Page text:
News Story

New Church President Serves in Public and Private Settings

The first session of the 178th annual general conference of The Church of Jesus Christ of Latter-day Saints to be held this Saturday will begin just as conferences before. There will, however, be a notable exception: Thomas S. Monson will be leading the proceedings and speaking to millions gathered in Salt Lake City and around the world as president of the Church.

Most people see President Monson, who became the 16th world leader of the Church on 3 February following the passing of former president, Gordon B. Hinckley, in high-profile, public settings, such as in general conference. But there is a private side to the leader that most people never witness. Throughout his decades of service as a Church leader, President Monson has continually sought to meet the needs of individuals in difficulty, often rendering that personal service.

A recent visit made by President Monson to 5-year-old Sadie Huish from Saratoga Springs, Utah, illustrates this side of the Church leader. Sadie was diagnosed with an aggressive brain tumor three weeks ago and has started radiation treatment. During this time the Make-A-Wish Foundation granted her three wishes, one being to meet President Monson. News of Sadie’s condition and request arrived at President Monson’s office, and a visit took place soon afterwards.

In the case of young Christal Methvin, a 10-year-old who also suffered from cancer, President Monson interrupted a demanding meeting schedule to meet with the young woman. At the conclusion of the visit, the youngster acknowledged, “I just knew you would come,” and he did.

The new president of the Church also answered the call of a former Sunday School teacher, 105-year-old Francis Brems, who, earlier this year, requested a personal visit in his care center. Brems announced to family his impression that he would pass away before the end of the week and said to them, “Will you please call Tommy Monson and tell him this; he’ll know what to do.” Upon receipt of the phone message, President Monson called on Brems, prayed with him and shared other words of faith, love and support.

Elder Jeffrey R. Holland of the Quorum of the Twelve Apostles has spoken about President Monson’s love of engaging with others one-on-one, especially the elderly and those who are suffering in some way. Speaking of the widows in President Monson’s care when he served as a leader of a Church congregation many years ago, Elder Holland said: “Many may know that young Bishop Monson took a week of his personal vacation time every Christmas season to visit all of those 85 widows in his ward. Many may not know that for the first several years the gift he would take them was one of the hens raised by him in his own poultry sheds.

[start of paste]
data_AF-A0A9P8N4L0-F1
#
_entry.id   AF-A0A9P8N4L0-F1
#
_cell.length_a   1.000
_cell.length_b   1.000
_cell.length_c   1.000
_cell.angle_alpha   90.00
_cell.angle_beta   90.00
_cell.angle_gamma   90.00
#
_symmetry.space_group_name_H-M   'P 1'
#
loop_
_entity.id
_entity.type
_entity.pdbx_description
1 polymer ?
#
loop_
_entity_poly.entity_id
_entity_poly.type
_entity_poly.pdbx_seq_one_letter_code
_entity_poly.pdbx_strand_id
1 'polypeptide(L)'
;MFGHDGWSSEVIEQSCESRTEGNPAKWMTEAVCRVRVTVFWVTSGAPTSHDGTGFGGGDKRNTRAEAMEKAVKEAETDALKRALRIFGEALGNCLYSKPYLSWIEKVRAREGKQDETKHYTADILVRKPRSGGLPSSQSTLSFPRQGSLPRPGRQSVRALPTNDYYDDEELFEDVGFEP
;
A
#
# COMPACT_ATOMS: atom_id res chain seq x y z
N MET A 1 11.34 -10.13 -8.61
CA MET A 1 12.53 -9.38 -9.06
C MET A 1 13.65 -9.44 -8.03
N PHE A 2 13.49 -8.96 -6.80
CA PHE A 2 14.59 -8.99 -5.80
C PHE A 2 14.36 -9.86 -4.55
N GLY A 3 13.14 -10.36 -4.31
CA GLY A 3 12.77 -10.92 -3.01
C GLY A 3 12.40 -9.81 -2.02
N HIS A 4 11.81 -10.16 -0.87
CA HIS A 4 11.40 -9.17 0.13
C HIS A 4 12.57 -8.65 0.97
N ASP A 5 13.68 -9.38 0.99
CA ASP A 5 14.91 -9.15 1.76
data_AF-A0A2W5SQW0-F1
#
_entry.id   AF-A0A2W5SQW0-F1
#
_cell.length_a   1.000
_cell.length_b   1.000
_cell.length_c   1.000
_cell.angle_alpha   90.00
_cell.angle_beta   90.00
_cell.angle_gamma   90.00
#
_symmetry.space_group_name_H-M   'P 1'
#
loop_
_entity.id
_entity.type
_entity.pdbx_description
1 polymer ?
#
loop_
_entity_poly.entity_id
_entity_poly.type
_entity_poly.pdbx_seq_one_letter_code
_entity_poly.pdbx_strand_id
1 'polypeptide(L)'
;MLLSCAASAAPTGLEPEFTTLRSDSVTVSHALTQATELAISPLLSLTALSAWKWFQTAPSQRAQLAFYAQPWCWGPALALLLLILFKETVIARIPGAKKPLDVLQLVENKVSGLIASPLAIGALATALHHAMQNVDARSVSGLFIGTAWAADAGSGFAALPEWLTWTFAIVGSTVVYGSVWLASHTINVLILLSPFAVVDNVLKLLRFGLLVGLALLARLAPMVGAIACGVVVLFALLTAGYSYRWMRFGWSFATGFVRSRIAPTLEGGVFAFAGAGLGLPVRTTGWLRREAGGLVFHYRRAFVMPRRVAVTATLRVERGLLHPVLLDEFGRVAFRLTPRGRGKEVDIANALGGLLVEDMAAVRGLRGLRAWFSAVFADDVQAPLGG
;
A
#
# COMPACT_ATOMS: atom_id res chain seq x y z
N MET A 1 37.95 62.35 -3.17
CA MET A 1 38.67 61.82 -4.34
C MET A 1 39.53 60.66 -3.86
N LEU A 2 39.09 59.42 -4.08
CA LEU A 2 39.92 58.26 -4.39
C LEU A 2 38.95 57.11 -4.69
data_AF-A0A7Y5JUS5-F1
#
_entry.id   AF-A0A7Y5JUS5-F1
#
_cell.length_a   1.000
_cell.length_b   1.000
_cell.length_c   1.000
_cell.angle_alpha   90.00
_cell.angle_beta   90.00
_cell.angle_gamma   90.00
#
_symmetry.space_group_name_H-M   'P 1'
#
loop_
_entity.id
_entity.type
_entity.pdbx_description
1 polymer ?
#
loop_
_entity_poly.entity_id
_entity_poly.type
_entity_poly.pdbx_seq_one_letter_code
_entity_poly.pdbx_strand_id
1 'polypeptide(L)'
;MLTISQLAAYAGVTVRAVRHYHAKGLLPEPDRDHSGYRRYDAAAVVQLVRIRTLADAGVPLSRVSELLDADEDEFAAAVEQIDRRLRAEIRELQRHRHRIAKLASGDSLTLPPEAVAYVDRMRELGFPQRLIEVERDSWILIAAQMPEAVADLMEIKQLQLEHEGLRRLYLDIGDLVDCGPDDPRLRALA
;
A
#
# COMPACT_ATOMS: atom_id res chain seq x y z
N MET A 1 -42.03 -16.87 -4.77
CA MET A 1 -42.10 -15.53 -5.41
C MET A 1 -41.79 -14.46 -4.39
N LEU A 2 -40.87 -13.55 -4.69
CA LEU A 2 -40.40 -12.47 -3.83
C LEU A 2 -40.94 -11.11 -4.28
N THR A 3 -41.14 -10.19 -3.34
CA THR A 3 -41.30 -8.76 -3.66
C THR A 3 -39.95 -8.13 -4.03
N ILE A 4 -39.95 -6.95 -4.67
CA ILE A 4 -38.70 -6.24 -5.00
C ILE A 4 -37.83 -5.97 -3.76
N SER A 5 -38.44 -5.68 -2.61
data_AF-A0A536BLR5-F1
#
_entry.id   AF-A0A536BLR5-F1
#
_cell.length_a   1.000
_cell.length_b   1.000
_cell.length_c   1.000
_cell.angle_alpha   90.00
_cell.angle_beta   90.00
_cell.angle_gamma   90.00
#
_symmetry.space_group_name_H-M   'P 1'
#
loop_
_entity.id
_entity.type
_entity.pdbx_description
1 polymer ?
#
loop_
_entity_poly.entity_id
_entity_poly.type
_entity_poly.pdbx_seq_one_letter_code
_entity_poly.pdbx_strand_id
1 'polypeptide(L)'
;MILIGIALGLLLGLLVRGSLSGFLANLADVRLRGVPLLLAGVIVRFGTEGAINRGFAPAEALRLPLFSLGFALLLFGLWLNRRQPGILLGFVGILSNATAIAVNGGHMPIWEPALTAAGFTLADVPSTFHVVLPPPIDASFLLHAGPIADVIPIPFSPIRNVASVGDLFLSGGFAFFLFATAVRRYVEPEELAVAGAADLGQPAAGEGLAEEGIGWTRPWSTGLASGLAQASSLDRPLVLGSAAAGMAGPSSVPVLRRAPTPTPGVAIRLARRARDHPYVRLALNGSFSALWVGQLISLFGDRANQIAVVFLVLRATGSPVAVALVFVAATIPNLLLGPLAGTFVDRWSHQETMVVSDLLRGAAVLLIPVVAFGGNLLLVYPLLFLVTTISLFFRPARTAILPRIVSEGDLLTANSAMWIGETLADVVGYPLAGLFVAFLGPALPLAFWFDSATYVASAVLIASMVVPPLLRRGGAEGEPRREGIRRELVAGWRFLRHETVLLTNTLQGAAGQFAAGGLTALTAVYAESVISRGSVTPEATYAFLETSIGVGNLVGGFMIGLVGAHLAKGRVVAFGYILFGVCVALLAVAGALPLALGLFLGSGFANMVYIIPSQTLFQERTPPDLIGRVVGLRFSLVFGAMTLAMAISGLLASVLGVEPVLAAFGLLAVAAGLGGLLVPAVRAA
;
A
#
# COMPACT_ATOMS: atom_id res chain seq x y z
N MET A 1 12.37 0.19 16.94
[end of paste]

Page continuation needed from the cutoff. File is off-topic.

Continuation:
“And although it has been more than 30 years since he was released as their bishop,” Elder Holland added, “President Monson has taken a gift and visited every one of those widows every Christmas for as long as each has lived.”

Such thoughtful kindnesses were evidenced early in President Monson’s life, according to his daughter, Ann Dibb. In a recent address at Brigham Young University-Idaho, Dibb described her father’s watchful care over his grandfather. “My father grew up in a loving family in Salt Lake City,” Dibb reported. “They all lived right next door to one another. As a teenager, Dad helped groom his elderly grandfather on a regular basis, and he personally gave his grandfather a weekly shave with a Gillette safety razor.”

From the days of his youth through to his present responsibilities, President Monson has, time and again, included in his demanding schedule ample time to respond to the individual needs of others.

“Never delay a prompting,” President Monson offered as an explanation of his frequent and timely service to others. “When you honor a prompting and then stand back a pace, you realize that the Lord gave you the prompting. It makes me feel good that the Lord even knows who I am and knows me well enough to know that if He has an errand to be run and He prompts me to run the errand, the errand will get done. That’s the testimony of my life.”

In a previous conference address, Elder Holland quoted a longtime friend of President Monson’s, Wendell J. Ashton: “Tom is a man of the common people, the champion of the less fortunate. He is like a pine tree — the top is high and ascending to heaven but the branches are broad, low to the ground, and protective of all who need shelter there.”

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